Date of Award

1998

Degree Type

Dissertation

Degree Name

Doctor of Philosophy (PhD)

Graduate Group

Music

First Advisor

Jeffrey Kallberg

Second Advisor

Chris Hasty

Abstract

This dissertation examines the reception of nineteenth-century French grand operas (ca. 1828-1879) at the Academie Royale de Musique in relationship to dance in order to understand how past choreographic practices inflected audiences' understandings of the spectacle. It focuses primarily on the music and the practices of the Parisian composer Daniel-François-Esprit Auber, and leans heavily on journalistic accounts of dance from the Revue Musicale, Le Ménestrel, and La France musicale to place his works in the context of more general practices and perceptions of operatic and choreographic works at this theater. These journalistic accounts, in combination with archival sources such as violon répetiteur scores and the partie de ballet, reveal the aesthetic and commercial importance of dancers and danced episodes to the genre of grand opera in general. In demonstrating this importance, the study recovers aspects of the French operatic experience that have been comparatively neglected by musicological scholarship.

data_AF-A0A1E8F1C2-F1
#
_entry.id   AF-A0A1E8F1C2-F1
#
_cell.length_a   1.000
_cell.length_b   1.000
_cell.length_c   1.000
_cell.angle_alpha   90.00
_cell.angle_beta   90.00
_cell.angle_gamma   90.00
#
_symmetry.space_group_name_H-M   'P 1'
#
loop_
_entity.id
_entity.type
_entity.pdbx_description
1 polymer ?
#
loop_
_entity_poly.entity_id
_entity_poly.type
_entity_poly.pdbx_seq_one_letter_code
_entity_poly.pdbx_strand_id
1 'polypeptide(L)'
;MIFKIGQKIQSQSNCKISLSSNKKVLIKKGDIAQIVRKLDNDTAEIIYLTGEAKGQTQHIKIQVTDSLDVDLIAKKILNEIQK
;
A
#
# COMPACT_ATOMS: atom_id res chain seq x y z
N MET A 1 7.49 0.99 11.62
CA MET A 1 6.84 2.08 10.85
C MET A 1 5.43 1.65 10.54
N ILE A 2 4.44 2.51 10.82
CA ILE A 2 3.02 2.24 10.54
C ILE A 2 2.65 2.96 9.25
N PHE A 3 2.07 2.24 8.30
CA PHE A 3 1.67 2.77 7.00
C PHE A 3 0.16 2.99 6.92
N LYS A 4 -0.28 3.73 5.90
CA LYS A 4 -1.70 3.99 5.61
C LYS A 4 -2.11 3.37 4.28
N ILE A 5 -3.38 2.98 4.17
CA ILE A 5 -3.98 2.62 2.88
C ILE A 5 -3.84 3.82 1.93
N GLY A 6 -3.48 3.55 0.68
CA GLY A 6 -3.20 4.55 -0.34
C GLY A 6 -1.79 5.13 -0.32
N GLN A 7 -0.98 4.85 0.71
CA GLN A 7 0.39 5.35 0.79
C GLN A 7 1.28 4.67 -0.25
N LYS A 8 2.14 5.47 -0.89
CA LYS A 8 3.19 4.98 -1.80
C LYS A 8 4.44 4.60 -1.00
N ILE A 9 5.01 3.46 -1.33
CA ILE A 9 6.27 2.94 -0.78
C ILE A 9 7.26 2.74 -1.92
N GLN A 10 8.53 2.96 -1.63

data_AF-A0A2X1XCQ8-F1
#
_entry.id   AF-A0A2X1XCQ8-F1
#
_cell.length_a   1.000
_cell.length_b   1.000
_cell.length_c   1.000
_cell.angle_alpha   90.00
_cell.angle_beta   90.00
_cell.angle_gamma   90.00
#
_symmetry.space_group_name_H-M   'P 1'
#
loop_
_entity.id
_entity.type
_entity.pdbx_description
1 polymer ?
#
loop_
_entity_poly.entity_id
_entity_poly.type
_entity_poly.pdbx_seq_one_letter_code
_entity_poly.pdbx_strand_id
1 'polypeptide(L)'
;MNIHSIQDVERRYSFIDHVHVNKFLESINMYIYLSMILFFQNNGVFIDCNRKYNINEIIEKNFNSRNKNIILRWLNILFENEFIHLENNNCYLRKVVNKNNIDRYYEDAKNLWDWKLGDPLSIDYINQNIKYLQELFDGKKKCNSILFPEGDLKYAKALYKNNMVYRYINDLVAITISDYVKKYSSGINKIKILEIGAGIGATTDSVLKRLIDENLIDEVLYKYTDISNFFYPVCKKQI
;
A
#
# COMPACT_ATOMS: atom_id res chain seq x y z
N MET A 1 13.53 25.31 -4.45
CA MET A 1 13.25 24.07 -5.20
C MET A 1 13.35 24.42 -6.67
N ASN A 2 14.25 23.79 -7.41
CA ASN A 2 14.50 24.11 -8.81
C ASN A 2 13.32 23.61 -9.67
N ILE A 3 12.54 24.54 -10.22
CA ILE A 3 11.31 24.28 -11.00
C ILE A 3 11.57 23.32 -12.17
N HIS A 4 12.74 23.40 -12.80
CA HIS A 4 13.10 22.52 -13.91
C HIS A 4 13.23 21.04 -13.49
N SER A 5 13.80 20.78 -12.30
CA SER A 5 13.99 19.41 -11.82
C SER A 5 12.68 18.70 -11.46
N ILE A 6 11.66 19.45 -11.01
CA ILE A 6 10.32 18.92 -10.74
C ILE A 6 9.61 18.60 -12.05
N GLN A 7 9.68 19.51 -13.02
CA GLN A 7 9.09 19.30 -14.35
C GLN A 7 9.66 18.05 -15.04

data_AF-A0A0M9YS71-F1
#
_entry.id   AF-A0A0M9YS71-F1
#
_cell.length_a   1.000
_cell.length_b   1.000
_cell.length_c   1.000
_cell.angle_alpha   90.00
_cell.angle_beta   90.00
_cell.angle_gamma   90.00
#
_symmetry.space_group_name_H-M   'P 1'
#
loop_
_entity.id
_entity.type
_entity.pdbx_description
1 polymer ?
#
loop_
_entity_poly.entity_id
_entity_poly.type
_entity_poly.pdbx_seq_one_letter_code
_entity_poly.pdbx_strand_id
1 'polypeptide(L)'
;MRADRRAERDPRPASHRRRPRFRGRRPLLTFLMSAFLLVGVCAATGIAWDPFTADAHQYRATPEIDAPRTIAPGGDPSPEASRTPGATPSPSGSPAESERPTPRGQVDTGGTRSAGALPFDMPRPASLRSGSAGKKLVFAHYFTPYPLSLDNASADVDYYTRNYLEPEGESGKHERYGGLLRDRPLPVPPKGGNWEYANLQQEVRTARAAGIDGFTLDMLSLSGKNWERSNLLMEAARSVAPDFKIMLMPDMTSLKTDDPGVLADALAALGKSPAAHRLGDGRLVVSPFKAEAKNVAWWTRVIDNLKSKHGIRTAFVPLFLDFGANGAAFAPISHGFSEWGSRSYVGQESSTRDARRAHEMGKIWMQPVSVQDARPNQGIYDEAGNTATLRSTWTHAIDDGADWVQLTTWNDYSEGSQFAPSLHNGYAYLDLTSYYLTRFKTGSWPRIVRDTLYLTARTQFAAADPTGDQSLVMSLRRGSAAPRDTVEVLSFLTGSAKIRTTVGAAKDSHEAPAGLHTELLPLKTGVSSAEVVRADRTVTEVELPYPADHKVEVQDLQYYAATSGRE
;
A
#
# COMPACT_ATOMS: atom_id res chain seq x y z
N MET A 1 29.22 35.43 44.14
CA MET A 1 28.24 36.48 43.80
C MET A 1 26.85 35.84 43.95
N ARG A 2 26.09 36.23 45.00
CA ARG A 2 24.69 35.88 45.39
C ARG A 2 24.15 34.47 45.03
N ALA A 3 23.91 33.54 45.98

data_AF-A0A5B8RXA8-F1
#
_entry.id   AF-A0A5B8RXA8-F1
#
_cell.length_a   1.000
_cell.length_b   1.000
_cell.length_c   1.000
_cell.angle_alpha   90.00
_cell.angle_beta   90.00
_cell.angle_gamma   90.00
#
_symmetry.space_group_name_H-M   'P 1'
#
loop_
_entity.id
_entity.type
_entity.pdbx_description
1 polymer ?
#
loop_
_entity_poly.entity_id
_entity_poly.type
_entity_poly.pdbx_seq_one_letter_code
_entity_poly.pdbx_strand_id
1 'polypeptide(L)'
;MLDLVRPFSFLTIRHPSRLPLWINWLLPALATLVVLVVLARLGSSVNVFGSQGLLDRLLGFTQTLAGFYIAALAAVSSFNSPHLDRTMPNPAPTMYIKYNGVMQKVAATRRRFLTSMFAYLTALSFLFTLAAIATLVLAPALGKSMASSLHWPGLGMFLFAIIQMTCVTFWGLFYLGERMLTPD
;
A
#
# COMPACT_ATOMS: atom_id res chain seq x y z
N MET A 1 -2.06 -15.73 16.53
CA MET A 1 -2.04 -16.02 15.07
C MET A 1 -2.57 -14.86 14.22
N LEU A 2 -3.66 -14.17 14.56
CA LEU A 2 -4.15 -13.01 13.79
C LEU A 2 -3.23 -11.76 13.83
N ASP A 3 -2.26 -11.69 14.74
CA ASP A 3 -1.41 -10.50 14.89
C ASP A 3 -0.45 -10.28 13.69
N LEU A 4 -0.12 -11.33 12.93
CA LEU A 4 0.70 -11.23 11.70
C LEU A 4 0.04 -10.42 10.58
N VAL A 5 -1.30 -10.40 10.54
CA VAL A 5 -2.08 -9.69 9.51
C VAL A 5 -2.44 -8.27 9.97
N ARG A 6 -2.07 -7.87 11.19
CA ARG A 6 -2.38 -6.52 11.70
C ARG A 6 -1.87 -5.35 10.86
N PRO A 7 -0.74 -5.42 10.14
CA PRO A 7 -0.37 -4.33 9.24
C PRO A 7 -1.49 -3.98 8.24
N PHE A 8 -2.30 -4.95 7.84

The dissertation is comprised of four case studies, each focusing on a different issue of musical expression and understanding in the context of dancing. The first chapter examines the many ways audiences interpreted the bodies of Opéra dancers, concentrating particularly on the criticism of Théophile Gautier, the travesty role of the page, and bacchanales in Meyerbeer's Robert le diable (1831) and Le prophète (1849). The second chapter discusses the reception of the 1837 revival of La Muette de Portici (1828), an opera that starred a female mime alongside the more conventional singing roles, suggesting that its performance history reveals the increasing conceptual separation of ballet from opera. In the third chapter, the performance history of the fifth-act ball scene from Gustave, ou Le bal masqué (1833) serves as an example of the many types of permutations that divertissements underwent as part of the Opera's production process. The final chapter addresses issues of social dance, demonstrating how quadrille arrangements of operas shaped operatic listening habits.

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